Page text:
Ready to Read

Ready to Read
Historical Novels -Bobi Andrews

Sunday, May 8, 2016


For someone like me, unable to travel to all the places I read about, I  mirror the experience through someone else's eyes. When the author is gifted, I am there with him.

Such is Bill Bryson's "In a Sunburned Country." In his amazing book I marvel at the energy and stamina required to walk and travel throughout Australia's vast land.  The excessive heat and emptiness overwhelm me as it did him.  The rich Australian history mesmerizes me.  The traditional contribution of abundant ore beneath its surface was unending and built wealth and a country.

Bryson describes the origins of man as if reported yesterday. Was a version of  man really there two hundred million years ago?  If so, how did such a man get to the isolated island and from where did he come?  Bryson didn't know, neither do I. 

If I were there, I'd be thrilled to find an insect that has never before been discovered, or a plant or tree that never made it into scientific study. The many species of snakes I would try to forget (but would watch every step I took).  I found myself pondering with trepidation the mystery where a fork in the road leads or the identity of the markers of bones from past forgotten explorers. I visually shudder. If lost, how long til rescue with the next town not a few miles away, but many and its accommodations unknown. (However they all seemed to have a pub and coffeepot. Buying beer stock in Australia's financial markets--not a bad idea.)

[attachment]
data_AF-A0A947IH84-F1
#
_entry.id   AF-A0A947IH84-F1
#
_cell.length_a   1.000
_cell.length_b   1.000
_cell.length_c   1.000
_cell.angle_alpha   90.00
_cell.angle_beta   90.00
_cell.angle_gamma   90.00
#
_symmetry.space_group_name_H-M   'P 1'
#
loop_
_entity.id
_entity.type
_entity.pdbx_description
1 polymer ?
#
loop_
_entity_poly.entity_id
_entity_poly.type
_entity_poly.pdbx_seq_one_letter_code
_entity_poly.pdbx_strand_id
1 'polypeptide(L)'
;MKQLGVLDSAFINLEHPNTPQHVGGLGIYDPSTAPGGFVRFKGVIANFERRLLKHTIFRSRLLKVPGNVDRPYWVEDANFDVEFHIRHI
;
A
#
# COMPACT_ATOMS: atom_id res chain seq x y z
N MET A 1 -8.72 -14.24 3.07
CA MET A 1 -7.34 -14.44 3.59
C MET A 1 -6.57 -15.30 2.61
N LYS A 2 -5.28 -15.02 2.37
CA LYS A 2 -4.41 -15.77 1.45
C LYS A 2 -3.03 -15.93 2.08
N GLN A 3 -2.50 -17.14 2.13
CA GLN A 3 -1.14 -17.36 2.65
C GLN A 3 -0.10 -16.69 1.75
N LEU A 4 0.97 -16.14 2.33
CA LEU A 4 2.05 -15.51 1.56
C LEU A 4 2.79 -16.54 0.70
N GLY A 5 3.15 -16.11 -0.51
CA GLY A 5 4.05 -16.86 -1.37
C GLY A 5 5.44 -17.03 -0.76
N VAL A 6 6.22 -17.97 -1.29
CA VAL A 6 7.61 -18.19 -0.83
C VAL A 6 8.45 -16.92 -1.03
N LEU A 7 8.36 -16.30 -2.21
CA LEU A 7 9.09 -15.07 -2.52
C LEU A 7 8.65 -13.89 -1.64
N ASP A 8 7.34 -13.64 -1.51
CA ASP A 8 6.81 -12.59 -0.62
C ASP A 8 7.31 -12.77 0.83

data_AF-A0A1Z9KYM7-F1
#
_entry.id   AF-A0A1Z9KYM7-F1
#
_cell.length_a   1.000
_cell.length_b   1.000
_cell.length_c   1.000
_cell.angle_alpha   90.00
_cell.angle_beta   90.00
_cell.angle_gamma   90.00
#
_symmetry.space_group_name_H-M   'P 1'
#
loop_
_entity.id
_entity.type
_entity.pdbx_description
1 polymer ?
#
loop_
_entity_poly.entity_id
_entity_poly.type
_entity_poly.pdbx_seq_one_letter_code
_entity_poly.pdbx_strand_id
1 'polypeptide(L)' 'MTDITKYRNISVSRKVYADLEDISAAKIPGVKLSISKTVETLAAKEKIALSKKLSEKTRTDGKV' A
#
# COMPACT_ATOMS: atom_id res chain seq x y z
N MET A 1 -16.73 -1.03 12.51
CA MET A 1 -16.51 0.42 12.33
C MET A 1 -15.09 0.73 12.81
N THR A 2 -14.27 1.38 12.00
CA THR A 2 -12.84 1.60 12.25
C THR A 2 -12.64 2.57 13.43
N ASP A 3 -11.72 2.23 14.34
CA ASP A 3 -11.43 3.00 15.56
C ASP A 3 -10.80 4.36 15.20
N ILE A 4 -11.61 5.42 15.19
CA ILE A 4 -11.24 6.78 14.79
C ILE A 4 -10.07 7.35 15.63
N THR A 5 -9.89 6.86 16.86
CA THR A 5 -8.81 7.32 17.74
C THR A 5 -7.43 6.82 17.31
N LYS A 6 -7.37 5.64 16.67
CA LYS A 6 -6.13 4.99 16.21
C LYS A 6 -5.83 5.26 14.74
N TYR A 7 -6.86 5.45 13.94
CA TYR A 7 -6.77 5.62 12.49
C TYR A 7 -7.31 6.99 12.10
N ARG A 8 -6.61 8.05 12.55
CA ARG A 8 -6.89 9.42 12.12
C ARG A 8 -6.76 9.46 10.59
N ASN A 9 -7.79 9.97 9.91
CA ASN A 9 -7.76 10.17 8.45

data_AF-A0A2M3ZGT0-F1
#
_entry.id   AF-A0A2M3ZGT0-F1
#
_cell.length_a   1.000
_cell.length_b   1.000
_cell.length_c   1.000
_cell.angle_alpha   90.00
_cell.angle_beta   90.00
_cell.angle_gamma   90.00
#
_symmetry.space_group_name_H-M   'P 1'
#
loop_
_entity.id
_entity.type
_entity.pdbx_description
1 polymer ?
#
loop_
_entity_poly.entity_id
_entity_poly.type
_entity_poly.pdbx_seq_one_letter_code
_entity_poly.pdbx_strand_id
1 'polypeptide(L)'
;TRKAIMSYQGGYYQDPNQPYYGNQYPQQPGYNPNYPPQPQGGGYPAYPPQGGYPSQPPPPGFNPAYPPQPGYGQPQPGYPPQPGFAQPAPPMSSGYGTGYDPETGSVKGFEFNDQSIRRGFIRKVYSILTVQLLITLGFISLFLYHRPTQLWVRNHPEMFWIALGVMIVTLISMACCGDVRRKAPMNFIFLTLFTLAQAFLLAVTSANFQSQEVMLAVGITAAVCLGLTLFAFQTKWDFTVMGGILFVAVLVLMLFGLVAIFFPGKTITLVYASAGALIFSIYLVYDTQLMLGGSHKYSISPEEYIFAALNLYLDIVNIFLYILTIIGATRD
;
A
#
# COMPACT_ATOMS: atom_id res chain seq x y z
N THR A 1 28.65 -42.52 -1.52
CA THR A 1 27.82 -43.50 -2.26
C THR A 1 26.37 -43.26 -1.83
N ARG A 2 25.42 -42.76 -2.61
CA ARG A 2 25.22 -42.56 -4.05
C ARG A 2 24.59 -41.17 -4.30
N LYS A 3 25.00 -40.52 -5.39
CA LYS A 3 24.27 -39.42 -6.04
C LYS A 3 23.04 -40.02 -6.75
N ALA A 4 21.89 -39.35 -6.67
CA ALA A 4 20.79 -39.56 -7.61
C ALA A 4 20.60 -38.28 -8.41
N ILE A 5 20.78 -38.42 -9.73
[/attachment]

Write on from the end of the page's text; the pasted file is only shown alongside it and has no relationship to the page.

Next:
In Bryson's travels throughout Australia, I lost count of how many cups of coffee he consumed, but I was ready with him to have one more cup at the next stop.  He rightly related that the settled population in the barren lands were as pleased to see him enter their pub for a pint as he was to quench his thirst. There seemed to be two definitions of loneliness--those settlers who thrived in their independence and those who suffered the absence of community living.   

When visiting the coasts, the world of Australia changes. Starkly contrasted with the raw, sparsely settled interior, the modern cities of Sydney and Melbourne form cultural countries of their own: Cosmopolitan, undisputed leaders in sports and business, ahead of the game in consuming the latest technology, and welcome combatants on our side in western world conflicts.  It was a good feeling to be able to enjoy two worlds within one setting.

A fine book.  A very fine book.   



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